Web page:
While state government, fishing and timber remain in the doldrums, the visitor industry grows ever more important to the economy of Southeast Alaska, a consultant told the Southeast Conference’s annual meeting in Sitka last month.
“The visitor industry has provided a critical counter-balance to a capricious economy,” notes “Southeast by the Numbers 2019,” an economic survey of the region prepared by Rain Coast Data for the Southeast Conference.
“In just seven years, the tourism sector added more than 2,000 annualized jobs to Southeast communities, increasing wages by $85 million. During the summer of 2020, 1.44 million visitors are projected to spend nearly $800 million during their Southeast Alaska holidays.”
Rain Coast Data Director Meilani Schijvens presented the survey findings during the opening day of the annual conference. The visitor industry, driven by the cruise sector, may become the region’s largest economic sector by next year, she said. Tourism is already the region’s largest private employer, accounting for one out of five jobs, and Schijvens predicts it will become the largest wage generator by 2020.
The biggest growth in cruise visitation is expected at Icy Strait Point near Hoonah, which anticipates a 114% rise from 2018 to 2020, for a total of 404,033 visitors in 2020, driven by the addition of a second cruise dock. Norwegian Cruise Line is partnering with a subsidiary of Huna Totem Corporation to build the new 500-foot floating dock about one-half mile north of the existing Icy Strait Point dock.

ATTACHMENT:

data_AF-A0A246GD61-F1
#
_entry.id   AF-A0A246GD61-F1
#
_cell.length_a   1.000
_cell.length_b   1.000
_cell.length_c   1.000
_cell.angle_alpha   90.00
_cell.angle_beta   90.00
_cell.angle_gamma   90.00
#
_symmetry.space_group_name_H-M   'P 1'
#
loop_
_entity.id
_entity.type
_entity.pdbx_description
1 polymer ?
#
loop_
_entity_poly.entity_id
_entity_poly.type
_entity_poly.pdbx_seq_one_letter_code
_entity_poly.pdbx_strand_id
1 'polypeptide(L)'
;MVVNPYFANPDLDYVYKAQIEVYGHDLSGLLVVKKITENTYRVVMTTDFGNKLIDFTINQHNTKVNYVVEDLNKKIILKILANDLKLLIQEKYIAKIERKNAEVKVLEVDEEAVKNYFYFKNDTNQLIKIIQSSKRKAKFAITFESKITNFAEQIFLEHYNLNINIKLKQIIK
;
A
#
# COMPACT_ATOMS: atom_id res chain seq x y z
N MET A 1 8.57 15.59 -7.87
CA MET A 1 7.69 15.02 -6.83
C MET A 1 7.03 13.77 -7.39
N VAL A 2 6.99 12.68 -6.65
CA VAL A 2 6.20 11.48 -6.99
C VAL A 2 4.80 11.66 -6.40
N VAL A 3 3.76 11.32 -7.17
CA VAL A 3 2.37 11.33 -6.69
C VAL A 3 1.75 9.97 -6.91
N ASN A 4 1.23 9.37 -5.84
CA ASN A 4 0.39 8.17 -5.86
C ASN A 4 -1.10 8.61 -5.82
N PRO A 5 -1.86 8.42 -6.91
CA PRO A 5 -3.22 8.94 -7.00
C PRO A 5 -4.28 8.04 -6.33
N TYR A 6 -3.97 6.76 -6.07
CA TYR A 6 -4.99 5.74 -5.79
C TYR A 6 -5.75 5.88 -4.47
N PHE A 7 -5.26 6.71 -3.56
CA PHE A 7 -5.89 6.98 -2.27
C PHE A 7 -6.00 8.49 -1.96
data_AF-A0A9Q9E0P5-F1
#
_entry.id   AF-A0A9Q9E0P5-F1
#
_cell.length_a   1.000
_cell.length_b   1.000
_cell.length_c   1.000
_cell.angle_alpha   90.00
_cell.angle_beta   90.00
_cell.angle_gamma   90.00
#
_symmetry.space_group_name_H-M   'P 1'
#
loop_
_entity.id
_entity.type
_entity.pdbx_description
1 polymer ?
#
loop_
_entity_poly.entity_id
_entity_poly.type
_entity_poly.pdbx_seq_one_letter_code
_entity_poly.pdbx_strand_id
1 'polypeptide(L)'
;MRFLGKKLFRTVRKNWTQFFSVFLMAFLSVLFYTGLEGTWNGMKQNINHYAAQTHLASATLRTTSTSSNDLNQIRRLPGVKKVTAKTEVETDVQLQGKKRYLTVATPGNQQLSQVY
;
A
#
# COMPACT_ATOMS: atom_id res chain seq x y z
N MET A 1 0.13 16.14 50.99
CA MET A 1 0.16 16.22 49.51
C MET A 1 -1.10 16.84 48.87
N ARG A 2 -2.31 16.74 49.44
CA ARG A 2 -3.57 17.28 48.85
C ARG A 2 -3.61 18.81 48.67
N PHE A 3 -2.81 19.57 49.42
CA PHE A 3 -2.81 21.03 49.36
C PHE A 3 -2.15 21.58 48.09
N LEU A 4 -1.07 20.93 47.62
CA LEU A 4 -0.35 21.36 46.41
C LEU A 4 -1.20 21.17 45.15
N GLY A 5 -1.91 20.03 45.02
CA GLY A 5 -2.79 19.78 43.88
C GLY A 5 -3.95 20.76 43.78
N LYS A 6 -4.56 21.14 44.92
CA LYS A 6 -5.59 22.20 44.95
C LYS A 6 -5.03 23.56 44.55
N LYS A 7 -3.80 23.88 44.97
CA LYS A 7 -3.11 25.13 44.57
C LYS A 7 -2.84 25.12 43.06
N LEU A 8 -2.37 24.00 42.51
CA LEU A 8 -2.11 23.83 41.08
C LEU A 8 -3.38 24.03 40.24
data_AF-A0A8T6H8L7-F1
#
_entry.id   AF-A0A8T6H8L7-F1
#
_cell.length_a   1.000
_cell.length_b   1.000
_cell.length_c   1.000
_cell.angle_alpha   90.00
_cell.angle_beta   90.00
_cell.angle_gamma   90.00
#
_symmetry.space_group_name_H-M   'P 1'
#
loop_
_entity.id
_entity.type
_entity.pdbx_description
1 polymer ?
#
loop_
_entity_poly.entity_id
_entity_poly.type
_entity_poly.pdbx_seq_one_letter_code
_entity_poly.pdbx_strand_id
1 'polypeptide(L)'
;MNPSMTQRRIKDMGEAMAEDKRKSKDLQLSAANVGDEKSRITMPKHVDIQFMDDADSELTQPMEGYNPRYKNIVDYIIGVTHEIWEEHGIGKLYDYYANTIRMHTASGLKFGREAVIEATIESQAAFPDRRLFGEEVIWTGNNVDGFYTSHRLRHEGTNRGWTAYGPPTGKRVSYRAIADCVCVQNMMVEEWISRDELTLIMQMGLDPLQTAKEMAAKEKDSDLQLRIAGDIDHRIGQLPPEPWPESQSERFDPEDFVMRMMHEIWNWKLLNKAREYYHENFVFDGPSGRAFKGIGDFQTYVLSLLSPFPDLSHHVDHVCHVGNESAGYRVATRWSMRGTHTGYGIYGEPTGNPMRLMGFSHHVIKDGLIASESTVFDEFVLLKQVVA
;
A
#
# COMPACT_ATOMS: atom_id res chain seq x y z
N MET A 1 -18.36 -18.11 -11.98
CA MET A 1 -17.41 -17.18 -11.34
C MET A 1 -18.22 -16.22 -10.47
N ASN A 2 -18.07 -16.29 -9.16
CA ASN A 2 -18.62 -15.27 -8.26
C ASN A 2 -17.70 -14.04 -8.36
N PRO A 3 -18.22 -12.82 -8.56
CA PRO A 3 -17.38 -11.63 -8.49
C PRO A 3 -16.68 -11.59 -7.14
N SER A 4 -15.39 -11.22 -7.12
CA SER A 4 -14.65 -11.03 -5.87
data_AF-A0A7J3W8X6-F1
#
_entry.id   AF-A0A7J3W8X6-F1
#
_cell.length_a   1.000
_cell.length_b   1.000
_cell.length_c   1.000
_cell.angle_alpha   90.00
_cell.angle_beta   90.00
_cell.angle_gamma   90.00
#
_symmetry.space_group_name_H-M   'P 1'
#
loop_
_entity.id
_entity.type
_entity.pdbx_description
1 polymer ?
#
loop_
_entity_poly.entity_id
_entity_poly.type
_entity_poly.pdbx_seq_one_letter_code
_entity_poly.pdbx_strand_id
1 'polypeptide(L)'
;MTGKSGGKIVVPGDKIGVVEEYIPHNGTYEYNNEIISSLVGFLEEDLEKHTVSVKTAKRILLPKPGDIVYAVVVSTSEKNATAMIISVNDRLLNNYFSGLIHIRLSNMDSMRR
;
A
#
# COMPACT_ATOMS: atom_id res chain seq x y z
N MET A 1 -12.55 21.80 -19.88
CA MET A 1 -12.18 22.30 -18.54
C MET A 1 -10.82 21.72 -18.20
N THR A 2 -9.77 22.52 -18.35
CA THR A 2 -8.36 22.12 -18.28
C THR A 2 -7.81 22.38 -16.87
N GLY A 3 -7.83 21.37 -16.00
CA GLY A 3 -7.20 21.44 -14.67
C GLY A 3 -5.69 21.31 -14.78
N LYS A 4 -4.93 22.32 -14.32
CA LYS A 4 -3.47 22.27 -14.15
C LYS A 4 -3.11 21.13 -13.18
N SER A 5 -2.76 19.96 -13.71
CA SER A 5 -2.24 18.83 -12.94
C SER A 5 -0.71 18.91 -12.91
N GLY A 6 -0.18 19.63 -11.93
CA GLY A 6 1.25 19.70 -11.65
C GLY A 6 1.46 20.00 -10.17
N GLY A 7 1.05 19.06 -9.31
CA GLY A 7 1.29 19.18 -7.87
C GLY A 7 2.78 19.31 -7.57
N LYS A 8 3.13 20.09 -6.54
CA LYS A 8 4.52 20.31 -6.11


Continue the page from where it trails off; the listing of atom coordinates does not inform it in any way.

Statewide, the number of cruise visitors is expected to grow 23% since 2018, she said.
“In 2019, 40 cruise ships are scheduled to visit the region, carrying 1.36 million passengers on 577 voyages. In 2020, ten new ships and 29 additional port calls are expected to be added, while seven ships will be phased out of the region. Lines with new ships will include Carnival, Princess, Royal Caribbean, Norwegian and Oceania. Lines that plan to reduce their Alaska fleet include Holland America, Crystal and Azamara, which has no ships scheduled to visit Alaska in 2020,” the study said.
“The visitor industry has the strongest outlook of all Southeast Alaska industries,” the study said. “Alaska’s popularity as a visitor destination has continued to grow. … More Americans are traveling due to a strong national economy, and international travel destinations are increasingly perceived to have security risks. Cruise passengers are expected to continue to rise as larger, higher-capacity vessels hit the region.”
One-third of all visitor spending in Alaska occurs in Southeast, she said.
A copy of the report can be downloaded here.